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    There have been several threads on these forums about led dimming and "eyeball perceived brightness". I would appreciate it if you posted a "dimming Curve" that has the appearance of linearity.
     
  9. fliggygeek

    fliggygeek New Member

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    I think the issue you are seeing there is that its not true linearity that is what people really want, they are after a dimming curve that replicates that of an incandescent light curve. Sure, incandescent lights arent linear either, but people are so used to the curve on them that they find it easier to have LEDs conform to that.
     
  10. fliggygeek

    fliggygeek New Member

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    Ok, I have built a full test system for this, with the full number of leds on it and I have an issue where when the input voltage is 0v there is still enough current in the leds that they are lit. What do I need to change to fix this? I have a feeling that its because the bulk lot of leds I bought have a smaller foward voltage. Is it just the current limiting resistor in series with the three leds I need to change for a higher value?
     
  11. MikeMl

    MikeMl Well-Known Member Most Helpful Member

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    Is the opamp rail-to-rail output? It is probably not pulling the gate of the FET low enough. An LM358 should work.
     
  12. fliggygeek

    fliggygeek New Member

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    Im using the LM324 just because i wanted 4 in a package, whats the difference between the two?
     
  13. MikeMl

    MikeMl Well-Known Member Most Helpful Member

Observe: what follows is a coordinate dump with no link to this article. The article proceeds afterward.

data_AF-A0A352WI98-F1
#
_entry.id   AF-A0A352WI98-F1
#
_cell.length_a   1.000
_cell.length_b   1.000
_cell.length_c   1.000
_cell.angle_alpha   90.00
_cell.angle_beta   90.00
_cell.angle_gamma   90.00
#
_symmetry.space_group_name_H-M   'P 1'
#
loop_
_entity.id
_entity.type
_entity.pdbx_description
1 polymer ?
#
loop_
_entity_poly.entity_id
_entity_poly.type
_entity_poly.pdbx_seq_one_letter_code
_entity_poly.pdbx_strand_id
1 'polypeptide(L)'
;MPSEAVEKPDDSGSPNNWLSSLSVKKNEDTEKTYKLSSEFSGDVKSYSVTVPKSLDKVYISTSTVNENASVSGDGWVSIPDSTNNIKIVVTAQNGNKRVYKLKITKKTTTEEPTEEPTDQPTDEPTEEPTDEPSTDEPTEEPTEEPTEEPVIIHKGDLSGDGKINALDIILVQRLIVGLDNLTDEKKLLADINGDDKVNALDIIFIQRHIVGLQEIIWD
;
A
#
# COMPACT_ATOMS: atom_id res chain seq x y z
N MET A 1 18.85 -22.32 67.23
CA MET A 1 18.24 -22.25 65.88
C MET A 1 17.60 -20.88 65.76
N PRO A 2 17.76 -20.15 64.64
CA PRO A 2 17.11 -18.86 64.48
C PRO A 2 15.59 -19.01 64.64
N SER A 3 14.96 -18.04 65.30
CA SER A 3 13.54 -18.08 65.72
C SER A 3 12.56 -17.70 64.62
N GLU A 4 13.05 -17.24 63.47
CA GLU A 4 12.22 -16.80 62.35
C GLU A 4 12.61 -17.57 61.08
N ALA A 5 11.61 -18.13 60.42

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    LM324 should work fine. Im assuming an enhancement mode NFet. Is yours?
    Check that the voltages at Gate, Source, and Drain are similar to these for low input voltages. Note I added R26. See if that fixes it.
     

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    Last edited: Apr 14, 2011
  14. fliggygeek

    fliggygeek New Member

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    The extra resistor sets it up properly to be off now, thanks for that
     
  15. fliggygeek

    fliggygeek New Member

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    Hmm, is there any issues you can see about me using the other three channels of opamp on the lm324 for 3 more dimming channels? I have tried and failed every time. Its most odd.
     
  16. MikeMl

    MikeMl Well-Known Member Most Helpful Member

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    Are you sure you have the pinout? Post a link to to the data sheet.
     
  17. fliggygeek

    fliggygeek New Member

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  18. MikeMl

    MikeMl Well-Known Member Most Helpful Member

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    Is Pin 4 of the LM324 tied to +12V to +15V? Is Pin 11 tied to 0V (gnd)? Do you have a bypass capacitor (at least 0.1uF) from Pin 4 to Pin 11?
     
  19. fliggygeek

    fliggygeek New Member

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    No bypass cap, but i have done the other two.
     
  20. MikeMl

    MikeMl Well-Known Member Most Helpful Member

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    What are the voltages at the corresponding pins on the channels that dont work compared to the one that does? Gate, source, drain
     
  21. fliggygeek

    fliggygeek New Member

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    [​IMG]
    Havent got a set of voltages atm, but thats the board in question. 4 fets on the single opamp group.